pleated trousers!

PLEATED TROUSERS!!!!

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because, dammit, they deserve an exclamation point!!

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and my smug smile of smugness.

obvi.

because who wouldn’t be smug after completing her first pair of trousers and then fearlessly inserting a zip-front fly with a custom-length zipper the resulted in broken zipper teeth flung hither and thither in the sewing room?!

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we’ll try to ignore the partial fail that is my colette nutmeg cami.  try as i may, i just cannot get those patterns to work for me.  it’s simultaneously too big in the top and too short in the top – what?! – and too tight along the side seams while being too wide at the armscye.

i think we’ll just call it a hot mess of gorgeous silk-cotton cammo and move on to happier things.

like my trousers.

and at this point in the narrative, let us all pause and admire my ass.

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nice, right?

i have to confess i did not come by it completely honestly.  there was some major tweaking of the crotch curve on these trousers, the papercut pleated trouser pattern.  before i dove in, i should have done the research to know that older printed versions of this pattern, like the one i have, are infamous for the poorly drafted waist circumference and mysterious too-short waistband.  (i’ve read that this has since been corrected as the pattern has been re-printed)  instead, i winged it with my trouser moulage and hoped for the best.

the result is a fairly good fit in the crotch curve, front and back, and a bit of a disaster in the waist area.  i ended up needing to deepen both pleats on the front by about an inch in addition to pulling in an inch at the center back for a total of about five inches.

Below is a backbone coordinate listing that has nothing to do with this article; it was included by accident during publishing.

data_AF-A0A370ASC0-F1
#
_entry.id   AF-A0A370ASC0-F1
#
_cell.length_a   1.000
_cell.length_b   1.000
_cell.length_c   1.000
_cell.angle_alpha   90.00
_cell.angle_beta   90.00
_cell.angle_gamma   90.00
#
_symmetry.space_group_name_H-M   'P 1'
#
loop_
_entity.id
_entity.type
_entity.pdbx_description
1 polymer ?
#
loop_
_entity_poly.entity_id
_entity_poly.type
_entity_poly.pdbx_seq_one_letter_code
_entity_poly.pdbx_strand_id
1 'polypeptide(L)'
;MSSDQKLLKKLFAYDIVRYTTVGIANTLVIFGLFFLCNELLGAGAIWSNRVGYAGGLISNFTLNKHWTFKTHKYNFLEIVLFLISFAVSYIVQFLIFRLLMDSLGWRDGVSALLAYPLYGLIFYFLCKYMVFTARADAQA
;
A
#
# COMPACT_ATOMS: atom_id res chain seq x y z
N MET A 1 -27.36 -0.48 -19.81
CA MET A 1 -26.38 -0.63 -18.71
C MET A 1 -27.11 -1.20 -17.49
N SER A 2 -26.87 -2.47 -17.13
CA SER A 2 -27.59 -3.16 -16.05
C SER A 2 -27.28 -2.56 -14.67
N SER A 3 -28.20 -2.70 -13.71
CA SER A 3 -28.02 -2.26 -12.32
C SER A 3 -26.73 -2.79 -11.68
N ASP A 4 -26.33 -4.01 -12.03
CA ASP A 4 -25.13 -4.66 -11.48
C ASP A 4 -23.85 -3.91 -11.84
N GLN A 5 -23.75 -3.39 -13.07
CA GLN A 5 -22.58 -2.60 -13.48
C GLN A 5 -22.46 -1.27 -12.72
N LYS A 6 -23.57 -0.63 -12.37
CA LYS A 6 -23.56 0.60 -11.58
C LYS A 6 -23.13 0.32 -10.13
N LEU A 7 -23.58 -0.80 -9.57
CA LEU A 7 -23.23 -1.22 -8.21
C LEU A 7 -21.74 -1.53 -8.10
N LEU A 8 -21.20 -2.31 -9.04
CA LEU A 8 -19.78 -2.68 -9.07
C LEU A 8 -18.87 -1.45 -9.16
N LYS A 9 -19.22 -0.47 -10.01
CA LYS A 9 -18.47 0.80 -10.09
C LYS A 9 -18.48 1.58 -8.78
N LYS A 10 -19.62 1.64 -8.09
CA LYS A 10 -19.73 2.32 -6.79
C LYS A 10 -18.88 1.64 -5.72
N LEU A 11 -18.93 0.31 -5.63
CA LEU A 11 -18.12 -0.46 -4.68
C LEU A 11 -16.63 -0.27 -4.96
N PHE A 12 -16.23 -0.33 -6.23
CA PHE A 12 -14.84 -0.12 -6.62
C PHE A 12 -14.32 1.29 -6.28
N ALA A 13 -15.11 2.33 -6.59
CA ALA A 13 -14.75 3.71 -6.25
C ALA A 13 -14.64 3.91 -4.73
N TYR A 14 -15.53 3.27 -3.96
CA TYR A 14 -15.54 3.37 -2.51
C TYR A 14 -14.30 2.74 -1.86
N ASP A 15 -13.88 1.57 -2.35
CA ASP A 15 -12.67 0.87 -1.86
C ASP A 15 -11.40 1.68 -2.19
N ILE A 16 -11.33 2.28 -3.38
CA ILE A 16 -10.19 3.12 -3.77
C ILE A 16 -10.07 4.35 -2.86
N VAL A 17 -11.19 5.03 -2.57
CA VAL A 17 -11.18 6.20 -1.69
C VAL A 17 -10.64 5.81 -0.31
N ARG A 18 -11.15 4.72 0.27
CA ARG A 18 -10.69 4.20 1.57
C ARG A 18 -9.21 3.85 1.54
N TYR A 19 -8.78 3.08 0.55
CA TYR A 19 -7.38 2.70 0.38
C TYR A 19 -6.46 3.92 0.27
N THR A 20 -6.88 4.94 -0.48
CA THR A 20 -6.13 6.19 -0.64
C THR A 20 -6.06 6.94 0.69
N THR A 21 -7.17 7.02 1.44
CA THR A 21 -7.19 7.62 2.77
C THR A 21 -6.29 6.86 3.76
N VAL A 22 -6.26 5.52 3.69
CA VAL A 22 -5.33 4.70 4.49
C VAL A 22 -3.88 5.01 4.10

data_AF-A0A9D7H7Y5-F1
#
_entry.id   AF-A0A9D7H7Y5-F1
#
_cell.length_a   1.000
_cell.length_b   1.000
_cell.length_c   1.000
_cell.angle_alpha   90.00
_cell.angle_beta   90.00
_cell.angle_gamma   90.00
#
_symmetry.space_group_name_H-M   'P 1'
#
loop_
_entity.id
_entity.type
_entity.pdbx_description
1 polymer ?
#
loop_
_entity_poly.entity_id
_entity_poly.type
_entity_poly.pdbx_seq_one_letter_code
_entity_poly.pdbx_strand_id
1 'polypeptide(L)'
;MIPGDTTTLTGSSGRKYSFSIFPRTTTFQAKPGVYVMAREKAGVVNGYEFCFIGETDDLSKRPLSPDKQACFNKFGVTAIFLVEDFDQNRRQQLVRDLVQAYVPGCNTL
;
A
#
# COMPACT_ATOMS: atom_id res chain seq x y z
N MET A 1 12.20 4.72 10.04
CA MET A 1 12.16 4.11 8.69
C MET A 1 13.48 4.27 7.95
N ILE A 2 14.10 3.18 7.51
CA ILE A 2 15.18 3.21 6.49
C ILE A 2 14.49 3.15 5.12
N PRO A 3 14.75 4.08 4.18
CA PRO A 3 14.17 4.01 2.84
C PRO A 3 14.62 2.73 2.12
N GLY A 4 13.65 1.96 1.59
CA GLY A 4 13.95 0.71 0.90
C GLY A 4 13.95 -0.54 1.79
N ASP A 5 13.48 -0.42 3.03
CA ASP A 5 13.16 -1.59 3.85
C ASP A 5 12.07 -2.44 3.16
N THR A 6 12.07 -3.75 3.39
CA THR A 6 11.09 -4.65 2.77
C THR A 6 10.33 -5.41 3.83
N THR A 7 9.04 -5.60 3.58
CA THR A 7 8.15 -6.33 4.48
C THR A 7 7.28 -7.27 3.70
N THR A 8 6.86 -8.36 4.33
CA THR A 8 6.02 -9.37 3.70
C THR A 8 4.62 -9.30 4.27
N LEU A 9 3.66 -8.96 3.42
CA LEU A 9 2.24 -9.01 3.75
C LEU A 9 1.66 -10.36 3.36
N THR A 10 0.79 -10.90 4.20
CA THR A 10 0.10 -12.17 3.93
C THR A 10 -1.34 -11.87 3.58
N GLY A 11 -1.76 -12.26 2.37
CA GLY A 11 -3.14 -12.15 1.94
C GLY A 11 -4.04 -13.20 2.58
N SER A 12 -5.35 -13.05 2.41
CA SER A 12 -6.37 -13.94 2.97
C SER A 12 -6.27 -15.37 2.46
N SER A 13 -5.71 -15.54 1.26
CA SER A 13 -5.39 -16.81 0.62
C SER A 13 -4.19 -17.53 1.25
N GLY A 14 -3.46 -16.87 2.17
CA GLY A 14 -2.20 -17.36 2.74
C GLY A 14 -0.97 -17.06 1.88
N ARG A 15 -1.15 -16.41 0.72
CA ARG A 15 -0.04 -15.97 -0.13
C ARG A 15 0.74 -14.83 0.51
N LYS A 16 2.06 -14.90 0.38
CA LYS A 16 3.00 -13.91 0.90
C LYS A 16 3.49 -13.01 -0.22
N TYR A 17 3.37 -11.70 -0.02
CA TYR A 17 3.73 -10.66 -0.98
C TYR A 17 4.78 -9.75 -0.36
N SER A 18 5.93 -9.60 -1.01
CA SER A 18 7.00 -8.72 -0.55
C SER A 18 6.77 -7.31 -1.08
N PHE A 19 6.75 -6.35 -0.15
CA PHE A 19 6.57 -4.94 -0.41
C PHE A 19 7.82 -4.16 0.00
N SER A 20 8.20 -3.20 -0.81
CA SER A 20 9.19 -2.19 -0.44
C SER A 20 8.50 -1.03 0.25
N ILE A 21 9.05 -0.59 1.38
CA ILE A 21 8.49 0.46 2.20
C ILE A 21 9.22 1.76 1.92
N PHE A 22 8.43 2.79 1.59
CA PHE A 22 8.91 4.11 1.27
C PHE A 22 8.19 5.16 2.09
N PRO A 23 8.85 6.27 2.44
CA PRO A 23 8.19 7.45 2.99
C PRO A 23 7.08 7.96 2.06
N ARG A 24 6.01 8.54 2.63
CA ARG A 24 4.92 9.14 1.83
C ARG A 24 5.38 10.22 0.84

and i think it is fairly clear to most discerning eyes that i chose not to interface the waistband.

IMG_0199mistake!  it pulls a bit and is not as stable as it should be.  i did not use the included waistband, instead following kenneth king’s method of cutting a straight waistband on the crosswise grain.  (you can see his detailed explanation of this technique in his jean-ius craftsy class.)  but, in addition to not interfacing the waistband, i also did not steam the stretch out of the crosswise grain or give it any curve, two other no-nos in the waistband department.

speaking of jean-ius, i followed kenneth’s construction method for the zipper fly as well.  i confess to not even checking the papercut instructions on this issue.  for better or for worse, if kenneth has a method for doing something, i’ll basically take that as gospel and go with it.  it was my first time even attempting a fly front and i had zero issues.

IMG_0197a few other construction notes:  i used some scraps of my printed cat cotton for the pockets and the pocket bags.  i stabilized the pocket opening not with a fused piece, like katie intended, but with a piece of muslin cut on the crossgrain (again, a la kenneth).  on the back of the trouser, i made a cutting error that resulted in my left side waist not being even with my right side waist, so did some quick patchwork with a scrap of cammo silk and a piece of lace, just for giggles.  i secured the waistband at the front with an oversized snap, but next time i want to try hooked trouser closures.  i just didn’t realize in this, my first pair of trousers, that they needed to be inserted during waistband construction and not after.

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6 Responses to pleated trousers!

  1. Kat H says:

    Very nice! I’ve been eyeing up that pattern for a while, seeing your pair is seriously encouraging me to go buy it. ;-) Love those pleats at the front!

    And also – CONGRATS for your first pair of pants!! :-)

  2. Gjeometry says:

    Pleated trousers!! And, your first with a fly front?? Wow. I love the pocket lining as well.

  3. nettie says:

    These are awesome!! And your cami assessment made me laugh!

    My first attempt at pants (dead simple, pull-on, ponte pants) were such a complete and total fail that I haven’t even blogged about them.

  4. Pingback: self-drafted skirt in alabama chanin applique | puu's door of time

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